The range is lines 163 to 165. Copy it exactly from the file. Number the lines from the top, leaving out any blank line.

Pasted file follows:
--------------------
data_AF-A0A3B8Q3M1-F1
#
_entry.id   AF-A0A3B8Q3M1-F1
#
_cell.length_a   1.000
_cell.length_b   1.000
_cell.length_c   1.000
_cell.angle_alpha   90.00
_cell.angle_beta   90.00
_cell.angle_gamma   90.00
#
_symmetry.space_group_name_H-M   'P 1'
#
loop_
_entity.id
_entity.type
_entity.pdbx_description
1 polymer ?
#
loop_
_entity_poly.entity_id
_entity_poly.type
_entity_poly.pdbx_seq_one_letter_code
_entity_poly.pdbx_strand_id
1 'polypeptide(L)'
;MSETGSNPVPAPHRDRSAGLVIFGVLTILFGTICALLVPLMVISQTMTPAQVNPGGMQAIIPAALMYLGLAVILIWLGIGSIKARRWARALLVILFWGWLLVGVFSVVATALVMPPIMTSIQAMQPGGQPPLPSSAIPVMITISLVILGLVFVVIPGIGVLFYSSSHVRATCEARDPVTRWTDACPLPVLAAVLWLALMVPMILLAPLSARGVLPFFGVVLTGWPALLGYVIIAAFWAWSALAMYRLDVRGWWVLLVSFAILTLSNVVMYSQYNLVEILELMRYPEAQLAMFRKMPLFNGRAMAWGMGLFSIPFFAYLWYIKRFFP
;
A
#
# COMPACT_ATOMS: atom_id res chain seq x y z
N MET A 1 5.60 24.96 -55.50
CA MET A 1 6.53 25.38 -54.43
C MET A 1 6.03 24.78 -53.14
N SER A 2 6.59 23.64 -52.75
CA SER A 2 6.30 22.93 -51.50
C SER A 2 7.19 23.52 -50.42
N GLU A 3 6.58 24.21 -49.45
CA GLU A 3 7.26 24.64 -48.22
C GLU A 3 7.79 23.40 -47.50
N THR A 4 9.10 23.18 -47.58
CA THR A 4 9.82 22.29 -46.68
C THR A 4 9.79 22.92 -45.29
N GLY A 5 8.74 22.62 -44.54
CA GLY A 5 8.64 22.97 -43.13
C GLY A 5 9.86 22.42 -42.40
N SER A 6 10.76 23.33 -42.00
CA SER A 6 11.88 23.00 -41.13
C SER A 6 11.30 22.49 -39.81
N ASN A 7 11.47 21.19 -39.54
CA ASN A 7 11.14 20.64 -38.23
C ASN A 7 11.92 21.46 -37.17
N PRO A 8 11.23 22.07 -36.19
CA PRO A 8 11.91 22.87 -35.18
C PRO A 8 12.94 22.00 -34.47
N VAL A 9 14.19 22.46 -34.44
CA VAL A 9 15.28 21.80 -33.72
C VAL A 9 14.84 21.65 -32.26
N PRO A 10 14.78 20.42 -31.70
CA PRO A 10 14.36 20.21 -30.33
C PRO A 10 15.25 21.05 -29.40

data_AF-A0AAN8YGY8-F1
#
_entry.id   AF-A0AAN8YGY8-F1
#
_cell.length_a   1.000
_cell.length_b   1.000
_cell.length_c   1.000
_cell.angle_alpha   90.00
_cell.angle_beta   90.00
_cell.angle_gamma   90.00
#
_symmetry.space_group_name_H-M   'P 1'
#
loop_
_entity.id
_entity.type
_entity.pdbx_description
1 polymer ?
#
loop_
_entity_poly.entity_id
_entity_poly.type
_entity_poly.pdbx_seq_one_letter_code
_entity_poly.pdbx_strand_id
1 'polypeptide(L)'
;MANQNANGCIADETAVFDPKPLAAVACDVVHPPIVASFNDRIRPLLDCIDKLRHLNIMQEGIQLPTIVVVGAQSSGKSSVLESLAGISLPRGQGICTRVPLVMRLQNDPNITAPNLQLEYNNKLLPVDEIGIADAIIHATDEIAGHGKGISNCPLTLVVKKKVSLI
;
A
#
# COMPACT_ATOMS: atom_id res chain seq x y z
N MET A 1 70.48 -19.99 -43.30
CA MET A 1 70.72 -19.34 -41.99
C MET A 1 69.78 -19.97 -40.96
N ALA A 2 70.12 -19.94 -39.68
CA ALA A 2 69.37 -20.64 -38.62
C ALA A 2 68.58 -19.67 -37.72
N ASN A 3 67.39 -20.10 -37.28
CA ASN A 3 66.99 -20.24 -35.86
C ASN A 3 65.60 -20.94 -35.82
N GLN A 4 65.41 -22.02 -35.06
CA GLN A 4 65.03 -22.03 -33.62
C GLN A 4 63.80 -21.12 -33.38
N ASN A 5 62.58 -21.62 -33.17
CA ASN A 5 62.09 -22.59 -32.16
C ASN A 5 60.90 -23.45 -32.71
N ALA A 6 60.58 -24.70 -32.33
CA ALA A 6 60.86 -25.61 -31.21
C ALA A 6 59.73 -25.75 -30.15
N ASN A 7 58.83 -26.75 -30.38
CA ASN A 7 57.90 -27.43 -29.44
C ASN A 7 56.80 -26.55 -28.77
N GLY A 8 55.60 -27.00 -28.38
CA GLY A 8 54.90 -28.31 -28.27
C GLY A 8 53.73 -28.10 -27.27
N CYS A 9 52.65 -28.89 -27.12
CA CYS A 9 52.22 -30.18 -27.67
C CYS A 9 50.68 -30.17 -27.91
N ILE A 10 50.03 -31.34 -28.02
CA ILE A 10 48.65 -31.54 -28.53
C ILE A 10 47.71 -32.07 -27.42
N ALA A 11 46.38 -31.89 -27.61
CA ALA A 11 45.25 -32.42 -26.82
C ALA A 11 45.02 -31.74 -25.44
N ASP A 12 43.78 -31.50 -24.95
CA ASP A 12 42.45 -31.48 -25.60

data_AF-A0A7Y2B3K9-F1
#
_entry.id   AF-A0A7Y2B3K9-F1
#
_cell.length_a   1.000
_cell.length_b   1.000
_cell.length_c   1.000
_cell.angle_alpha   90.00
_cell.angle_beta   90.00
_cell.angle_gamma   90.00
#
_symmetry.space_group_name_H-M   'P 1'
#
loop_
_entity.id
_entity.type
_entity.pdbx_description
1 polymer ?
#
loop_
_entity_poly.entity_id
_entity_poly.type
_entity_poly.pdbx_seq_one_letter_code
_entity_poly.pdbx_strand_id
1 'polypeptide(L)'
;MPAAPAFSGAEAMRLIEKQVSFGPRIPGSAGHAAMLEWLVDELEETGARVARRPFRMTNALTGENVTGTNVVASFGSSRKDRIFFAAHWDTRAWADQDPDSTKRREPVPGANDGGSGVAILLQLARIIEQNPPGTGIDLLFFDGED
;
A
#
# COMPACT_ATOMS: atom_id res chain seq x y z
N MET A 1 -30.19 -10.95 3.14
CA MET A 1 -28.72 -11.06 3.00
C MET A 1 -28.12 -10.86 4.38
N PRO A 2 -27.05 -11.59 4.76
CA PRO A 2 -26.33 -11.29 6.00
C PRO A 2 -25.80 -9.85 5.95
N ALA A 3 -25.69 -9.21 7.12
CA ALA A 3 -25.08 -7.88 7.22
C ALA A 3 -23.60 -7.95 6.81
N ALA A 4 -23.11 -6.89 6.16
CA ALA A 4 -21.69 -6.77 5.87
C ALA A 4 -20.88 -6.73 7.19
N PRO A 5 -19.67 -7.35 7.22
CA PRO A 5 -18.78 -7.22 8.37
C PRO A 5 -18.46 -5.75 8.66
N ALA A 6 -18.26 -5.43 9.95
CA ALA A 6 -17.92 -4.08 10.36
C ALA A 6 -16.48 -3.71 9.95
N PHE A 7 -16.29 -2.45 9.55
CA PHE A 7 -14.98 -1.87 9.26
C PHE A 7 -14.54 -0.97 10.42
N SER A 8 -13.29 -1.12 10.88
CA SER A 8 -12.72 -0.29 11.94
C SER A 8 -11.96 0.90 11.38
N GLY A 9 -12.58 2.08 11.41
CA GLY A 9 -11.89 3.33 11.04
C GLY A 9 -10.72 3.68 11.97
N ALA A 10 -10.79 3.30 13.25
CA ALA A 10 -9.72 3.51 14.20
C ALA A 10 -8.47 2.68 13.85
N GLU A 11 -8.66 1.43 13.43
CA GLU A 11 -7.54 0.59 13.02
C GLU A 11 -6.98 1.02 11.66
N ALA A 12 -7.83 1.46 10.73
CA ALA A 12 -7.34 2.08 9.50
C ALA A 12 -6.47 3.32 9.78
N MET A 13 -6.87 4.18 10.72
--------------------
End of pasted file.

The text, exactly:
CA ALA A 3 -25.08 -7.88 7.22
C ALA A 3 -23.60 -7.95 6.81
N ALA A 4 -23.11 -6.89 6.16